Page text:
Village courts can promptly settle disputes

| Updated: October 23, 2017 15:51:05

Village courts can promptly settle disputes
At a time when courts are overburdened with huge backlog of cases, criminal and civil, the overwhelming majority of people are not still aware of the fact that there is a village court under the jurisdiction of a Union Parishad. Many trivial disputes could be settled by such courts if these are promoted by upazila chairmen. 
All the UP chairmen should be directed to submit a progress report on settlement of disputes by the village courts in every 15 days to  upazila chairman. Subsequent steps can then be taken as to whether these unresolved cases are fit to be transferred to district courts.   
And because of inordinate delay in disposal of cases in courts due to valid reasons, justice is denied. 
On the other hand, both tiers of lower and upper judiciary in Bangladesh are overstrained with more than 2.5 million civil and criminal cases which could be resolved through Alternative Dispute Resolution (ADR). This could reduce the pressure on all tiers of the courts. Critical problems like cost, complexity and delay of adversarial litigation procedure can effectively be reduced by mere introduction of arbitration, mediation, negotiation, conciliation and other forms of ADR in our laws and court systems. In addition, mindset and culture of litigation should be changed to bring an effective solution for easy access to justice for dispute-affected poor and marginal people. There must, therefore, be wide implementation of ADR mechanisms to decrease the backlog of cases in our country.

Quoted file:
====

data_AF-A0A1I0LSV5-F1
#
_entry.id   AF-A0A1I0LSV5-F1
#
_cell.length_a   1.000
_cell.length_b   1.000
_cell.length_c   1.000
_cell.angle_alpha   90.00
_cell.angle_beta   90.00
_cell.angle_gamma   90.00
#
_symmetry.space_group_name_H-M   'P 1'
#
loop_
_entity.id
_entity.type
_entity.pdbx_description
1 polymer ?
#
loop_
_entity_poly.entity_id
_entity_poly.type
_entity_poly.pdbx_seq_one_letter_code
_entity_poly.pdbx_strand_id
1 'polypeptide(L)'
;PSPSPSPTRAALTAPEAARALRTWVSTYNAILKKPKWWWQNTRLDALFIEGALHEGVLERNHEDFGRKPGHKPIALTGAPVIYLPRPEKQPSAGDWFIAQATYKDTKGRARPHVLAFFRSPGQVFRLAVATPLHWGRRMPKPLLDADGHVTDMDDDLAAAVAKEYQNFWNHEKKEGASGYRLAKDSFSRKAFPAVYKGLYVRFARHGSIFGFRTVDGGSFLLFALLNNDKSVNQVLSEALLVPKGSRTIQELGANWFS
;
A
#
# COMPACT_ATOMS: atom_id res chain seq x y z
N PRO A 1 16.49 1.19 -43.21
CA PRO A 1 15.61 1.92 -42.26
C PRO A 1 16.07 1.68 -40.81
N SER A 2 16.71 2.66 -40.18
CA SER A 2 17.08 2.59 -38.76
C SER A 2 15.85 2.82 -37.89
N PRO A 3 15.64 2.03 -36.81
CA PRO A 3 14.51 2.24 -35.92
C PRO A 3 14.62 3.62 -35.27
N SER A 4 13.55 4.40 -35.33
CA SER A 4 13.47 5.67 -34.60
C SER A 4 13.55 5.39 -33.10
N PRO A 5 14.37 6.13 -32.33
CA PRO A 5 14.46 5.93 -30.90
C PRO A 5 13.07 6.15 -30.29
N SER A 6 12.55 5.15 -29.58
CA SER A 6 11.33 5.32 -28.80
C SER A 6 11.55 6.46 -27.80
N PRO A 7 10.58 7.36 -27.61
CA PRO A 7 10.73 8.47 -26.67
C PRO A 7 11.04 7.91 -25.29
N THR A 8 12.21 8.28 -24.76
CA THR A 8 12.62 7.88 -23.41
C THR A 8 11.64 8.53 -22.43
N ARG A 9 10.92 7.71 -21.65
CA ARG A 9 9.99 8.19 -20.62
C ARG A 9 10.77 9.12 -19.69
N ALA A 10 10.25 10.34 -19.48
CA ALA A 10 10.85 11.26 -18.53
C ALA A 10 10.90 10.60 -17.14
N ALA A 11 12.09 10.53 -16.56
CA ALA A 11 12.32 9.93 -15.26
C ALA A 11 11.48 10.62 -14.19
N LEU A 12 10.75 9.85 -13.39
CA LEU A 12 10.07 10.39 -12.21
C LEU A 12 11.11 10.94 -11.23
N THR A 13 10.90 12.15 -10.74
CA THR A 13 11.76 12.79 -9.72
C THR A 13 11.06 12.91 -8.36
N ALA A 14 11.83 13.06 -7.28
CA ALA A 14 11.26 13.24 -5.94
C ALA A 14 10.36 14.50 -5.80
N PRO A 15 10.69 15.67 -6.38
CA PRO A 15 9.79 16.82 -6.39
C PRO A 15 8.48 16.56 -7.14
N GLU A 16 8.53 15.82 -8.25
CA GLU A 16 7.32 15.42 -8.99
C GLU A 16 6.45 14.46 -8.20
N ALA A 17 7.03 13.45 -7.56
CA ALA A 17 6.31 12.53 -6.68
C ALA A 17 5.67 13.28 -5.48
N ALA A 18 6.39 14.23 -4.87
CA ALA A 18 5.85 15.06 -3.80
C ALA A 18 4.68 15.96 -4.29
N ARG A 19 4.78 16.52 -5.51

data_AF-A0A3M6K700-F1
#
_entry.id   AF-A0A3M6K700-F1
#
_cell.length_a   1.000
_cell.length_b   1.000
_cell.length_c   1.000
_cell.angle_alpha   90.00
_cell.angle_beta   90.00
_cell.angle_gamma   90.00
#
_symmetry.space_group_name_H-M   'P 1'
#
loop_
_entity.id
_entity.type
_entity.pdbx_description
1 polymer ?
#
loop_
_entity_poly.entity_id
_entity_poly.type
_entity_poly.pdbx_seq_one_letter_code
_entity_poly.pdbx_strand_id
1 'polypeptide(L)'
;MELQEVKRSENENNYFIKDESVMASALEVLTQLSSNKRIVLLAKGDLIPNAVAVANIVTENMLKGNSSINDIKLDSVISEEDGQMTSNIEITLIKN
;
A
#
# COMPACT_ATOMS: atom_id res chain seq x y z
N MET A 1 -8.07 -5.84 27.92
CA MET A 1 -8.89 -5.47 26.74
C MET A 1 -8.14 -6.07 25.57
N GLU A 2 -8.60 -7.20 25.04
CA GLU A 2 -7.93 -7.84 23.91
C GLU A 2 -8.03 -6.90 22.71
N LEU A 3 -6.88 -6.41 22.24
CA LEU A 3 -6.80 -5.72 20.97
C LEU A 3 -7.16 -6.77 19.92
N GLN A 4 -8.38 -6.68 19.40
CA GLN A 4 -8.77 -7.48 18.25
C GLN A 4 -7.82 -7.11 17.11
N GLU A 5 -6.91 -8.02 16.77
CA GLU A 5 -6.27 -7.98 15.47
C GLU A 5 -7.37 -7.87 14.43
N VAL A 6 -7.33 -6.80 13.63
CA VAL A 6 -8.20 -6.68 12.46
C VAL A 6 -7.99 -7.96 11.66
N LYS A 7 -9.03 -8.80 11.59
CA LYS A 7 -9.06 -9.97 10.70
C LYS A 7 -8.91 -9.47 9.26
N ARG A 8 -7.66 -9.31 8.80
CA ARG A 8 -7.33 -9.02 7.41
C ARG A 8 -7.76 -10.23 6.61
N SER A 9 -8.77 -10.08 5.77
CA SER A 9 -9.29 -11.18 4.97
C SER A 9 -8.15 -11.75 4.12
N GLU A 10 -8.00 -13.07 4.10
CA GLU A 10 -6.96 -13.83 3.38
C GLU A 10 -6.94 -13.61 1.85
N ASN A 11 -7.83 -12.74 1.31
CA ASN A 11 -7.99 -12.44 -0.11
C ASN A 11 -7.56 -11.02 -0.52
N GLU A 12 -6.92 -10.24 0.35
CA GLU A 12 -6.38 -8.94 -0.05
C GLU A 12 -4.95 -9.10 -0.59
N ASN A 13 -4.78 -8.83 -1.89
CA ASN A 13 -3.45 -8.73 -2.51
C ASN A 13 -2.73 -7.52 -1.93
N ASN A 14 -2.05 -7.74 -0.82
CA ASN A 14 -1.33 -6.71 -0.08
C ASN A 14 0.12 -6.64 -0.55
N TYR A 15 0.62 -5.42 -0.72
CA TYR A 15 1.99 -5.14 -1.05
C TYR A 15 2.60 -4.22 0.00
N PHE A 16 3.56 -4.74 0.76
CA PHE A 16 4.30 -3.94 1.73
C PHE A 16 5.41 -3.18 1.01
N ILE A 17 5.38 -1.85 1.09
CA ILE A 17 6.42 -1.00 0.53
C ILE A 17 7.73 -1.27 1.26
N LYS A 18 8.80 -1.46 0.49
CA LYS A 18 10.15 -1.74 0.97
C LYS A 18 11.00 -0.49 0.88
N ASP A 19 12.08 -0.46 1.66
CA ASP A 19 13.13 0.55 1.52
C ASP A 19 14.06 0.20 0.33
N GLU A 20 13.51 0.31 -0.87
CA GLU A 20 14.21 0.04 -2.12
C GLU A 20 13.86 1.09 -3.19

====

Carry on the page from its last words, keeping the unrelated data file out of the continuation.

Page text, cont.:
This is because arbitration and mediation are easier process in comparison to formal court proceedings and it is much less time-consuming  also. This could offer a new door for the young lawyers to boost up their careers. Further, it is time to introduce the ADR course in legal studies.
The load of courts -- already cluttered with huge piles of cases -- increases further with village courts and ADR still left to the backyard. The end result is that the slow pace of case disposal becomes even slower.  Obviously, backlog of cases not only denies citizens their right to justice but also negates the whole concept of the rule of law. The judiciary, though a vitally important organ of the state, remains an area where little investment has been made since we became independent. The judges still have to sit in the crammed, ill-equipped rooms that were used in the distant past and that are no longer suitable for dealing with larger numbers of people seeking justice and the much greater volume of work.  So the judiciary needs capacity-building on the basis of a sound plan. 
Training of judges in view of their job turning more and more challenging and computerisation of the whole judicial process are needed to enhance the efficiency of the system. In other words, technological support commensurate with their work must be provided to the judges. Quick disposal of cases is greatly obstructed when police investigation proceeds at a snail's pace. Police officers who initiate cases are found to be lacking in legal expertise which can influence the whole course of legal proceedings in a very negative manner. The police do not have the necessary forensic skill which turns out to be a major flaw. Some investment has been made to modernise the police force, but the judiciary is still functioning with its limited resources and manpower that are hopelessly inadequate. 

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